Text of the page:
Election day is, probably, the greatest day for any democracy when people unite for one cause. Be it political parties, administrators or citizens, we all want only one thing: electing candidates that represent choice of people of India in best possible way.
The elected person at the end of the day may or may not be of your choice, but all of us want that he/she is elected through opinion of as many Indians as possible, making it a collective responsibility for all of us to help election take place in a way that truly reflect choice of the collective.
I am tempted to share my experience of voting as it has made me become aware of how we all look at our roles in this pious process.
When I went for voting, I had not done my own homework properly as a voter. Only after noticing four buttons against each of the major parties, it dawned upon me that I must be expected to cast four votes. When I asked the officer present, he confirmed the same and I cast my four votes. But, it made me realise that I had failed as a citizen to be informed. My own error made me check with others and I realised that there were people equally uninformed who had ended up casting only one vote.
This made me reach out to the administration conducting the elections, as I am absolutely confident that all of us want to do this one job right. Be it citizens or administration, we all are on one side in this matter.
For me, our elections are The cardinal achievement of our nation. The administration works hard and tirelessly in this one domain because they also feel need of maintaining sanctity of this special event in a democratic nation. This election is even more special because it allowed least amount of time for the administration to do its job and yet, I can see that they have pulled up their socks to give us as fair an election it gets. So, I had reached out only because I saw a problem and I wanted to provide a feedback so something can be done by all of us to correct it.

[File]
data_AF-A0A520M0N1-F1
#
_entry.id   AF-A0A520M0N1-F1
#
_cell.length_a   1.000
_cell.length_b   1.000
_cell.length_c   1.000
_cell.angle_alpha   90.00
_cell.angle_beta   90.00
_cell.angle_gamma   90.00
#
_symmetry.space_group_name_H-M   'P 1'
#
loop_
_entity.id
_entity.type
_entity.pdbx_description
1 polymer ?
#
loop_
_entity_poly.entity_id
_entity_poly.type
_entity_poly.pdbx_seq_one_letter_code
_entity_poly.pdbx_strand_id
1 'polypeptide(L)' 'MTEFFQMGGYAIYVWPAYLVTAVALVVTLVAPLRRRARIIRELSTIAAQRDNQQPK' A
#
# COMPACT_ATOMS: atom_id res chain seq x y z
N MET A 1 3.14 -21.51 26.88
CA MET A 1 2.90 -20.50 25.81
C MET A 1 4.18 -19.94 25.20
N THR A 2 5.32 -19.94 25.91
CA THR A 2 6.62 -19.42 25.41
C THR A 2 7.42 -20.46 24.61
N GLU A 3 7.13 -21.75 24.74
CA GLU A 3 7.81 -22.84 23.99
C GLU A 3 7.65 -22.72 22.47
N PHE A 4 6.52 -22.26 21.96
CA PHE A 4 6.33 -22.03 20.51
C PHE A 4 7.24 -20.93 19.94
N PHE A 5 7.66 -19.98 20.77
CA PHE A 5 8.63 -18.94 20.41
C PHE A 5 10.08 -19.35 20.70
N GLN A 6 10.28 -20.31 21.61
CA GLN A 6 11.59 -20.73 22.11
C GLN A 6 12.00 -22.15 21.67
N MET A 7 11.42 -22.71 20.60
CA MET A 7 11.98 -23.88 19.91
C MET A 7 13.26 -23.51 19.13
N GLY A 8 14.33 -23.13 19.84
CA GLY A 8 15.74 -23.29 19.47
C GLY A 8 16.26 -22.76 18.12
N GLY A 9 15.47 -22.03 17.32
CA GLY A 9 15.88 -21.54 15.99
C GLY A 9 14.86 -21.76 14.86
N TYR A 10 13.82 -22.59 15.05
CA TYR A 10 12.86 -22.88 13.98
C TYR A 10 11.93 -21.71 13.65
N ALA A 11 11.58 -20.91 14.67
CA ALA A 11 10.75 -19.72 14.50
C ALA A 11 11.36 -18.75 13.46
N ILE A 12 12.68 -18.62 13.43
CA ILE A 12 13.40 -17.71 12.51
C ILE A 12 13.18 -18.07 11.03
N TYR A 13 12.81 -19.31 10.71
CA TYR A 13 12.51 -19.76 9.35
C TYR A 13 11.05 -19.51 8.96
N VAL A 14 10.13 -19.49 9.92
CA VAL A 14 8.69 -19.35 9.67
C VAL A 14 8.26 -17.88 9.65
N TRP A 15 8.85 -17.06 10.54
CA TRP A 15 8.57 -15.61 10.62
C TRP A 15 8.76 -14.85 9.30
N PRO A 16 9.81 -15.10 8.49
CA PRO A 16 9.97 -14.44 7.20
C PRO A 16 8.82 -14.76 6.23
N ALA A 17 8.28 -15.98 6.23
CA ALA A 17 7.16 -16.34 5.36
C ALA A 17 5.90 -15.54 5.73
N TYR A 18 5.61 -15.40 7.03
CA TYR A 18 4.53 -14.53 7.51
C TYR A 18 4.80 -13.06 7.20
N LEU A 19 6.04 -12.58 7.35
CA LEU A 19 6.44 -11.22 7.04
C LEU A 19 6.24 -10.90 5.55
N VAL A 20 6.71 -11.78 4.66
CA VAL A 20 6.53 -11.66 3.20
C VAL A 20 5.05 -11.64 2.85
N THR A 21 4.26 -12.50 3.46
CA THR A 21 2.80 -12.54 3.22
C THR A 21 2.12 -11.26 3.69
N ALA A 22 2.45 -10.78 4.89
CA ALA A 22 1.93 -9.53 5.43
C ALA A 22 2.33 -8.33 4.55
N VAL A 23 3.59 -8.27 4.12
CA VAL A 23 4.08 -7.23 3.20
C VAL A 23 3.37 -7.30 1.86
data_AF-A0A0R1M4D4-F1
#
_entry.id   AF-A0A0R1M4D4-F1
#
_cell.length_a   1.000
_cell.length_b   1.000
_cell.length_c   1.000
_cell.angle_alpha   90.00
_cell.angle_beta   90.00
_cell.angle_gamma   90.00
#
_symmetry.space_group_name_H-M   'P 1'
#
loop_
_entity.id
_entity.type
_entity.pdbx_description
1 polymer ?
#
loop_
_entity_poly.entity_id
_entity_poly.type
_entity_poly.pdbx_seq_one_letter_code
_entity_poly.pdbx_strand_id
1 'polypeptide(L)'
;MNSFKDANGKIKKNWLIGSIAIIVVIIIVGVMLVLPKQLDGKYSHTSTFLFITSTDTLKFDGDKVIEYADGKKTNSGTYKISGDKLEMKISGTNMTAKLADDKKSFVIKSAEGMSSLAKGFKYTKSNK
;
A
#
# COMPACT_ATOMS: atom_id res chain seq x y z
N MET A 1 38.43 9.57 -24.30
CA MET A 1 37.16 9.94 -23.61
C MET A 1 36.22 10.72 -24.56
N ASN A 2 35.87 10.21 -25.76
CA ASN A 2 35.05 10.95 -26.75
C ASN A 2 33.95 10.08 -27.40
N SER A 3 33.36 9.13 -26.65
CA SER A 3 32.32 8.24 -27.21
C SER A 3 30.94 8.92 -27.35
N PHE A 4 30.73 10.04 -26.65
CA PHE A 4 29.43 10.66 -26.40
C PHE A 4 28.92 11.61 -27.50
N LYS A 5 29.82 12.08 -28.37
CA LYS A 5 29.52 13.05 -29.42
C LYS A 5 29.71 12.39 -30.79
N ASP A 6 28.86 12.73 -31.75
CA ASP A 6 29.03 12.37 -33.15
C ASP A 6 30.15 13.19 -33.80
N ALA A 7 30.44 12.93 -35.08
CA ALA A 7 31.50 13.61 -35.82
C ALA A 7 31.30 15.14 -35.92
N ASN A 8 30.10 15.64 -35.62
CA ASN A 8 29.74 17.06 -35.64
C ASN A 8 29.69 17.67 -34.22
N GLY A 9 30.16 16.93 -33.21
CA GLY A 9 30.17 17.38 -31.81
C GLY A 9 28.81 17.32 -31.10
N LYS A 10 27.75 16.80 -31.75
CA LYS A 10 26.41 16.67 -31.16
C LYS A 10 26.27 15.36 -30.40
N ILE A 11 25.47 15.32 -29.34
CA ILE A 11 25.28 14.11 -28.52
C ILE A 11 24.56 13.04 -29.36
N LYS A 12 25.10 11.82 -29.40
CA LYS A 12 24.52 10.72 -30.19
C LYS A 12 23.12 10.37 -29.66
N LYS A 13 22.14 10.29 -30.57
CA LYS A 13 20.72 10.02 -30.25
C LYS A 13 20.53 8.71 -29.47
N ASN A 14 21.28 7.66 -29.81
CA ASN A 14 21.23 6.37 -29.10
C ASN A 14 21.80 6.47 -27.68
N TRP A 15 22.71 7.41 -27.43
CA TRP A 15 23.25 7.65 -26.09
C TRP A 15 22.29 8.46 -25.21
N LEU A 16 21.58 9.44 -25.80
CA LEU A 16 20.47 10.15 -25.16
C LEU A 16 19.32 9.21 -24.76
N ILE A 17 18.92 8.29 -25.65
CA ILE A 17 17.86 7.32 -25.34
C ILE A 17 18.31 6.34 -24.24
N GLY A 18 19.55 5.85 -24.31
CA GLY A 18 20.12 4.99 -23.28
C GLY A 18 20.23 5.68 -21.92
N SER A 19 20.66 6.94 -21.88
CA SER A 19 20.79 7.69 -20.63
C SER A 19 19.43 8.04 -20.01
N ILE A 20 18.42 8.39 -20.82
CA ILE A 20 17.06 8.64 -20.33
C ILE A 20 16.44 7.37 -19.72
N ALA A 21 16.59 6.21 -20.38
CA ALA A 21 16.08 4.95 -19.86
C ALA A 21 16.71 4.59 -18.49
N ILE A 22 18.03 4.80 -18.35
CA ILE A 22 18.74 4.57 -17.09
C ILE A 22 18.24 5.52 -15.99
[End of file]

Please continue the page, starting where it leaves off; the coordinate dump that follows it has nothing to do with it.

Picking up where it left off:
Unfortunately, every arm of administration that I reached out to had only one assumption that I am blaming them for something. So, the communication was undermined even before it can start having any transfer of information.
While I had no blame game in my mind, for administration it appeared to be an accusation that they needed to defend against. This presumption made them fail to notice that a suggestion is not a verdict of their failure but just a feedback for their review and action if they saw merit in it.
As someone with fair bit of idea about the challenges faced by administration in India, I am fully sympathetic to this knee-jerk reaction that most administrators develop after interacting with agenda-driven individuals they encounter by dozens every day.
But, this trust-deficit is most detrimental for us all, as it is preventing feedback to be used in correcting systems that are in place, making our systems cumbersome and non-achieving. We need to bridge this gap immediately before it leads us to dysfunctional society and state.
Hopefully, at the end of the day, voters better informed than me would have elected us our true representatives; but, till the feedback loop between state and citizens is not made functional, we are not going to get the governance that delivers.
Elections are one way to have people’s voice heard; but, with modern communication mediums, and with a little bit of trust, information can and must move freely between state and people.
I, as citizen, think that administration of my country is concerned about my good. I hope that administration also develops similar trust for the citizens that reach out to it.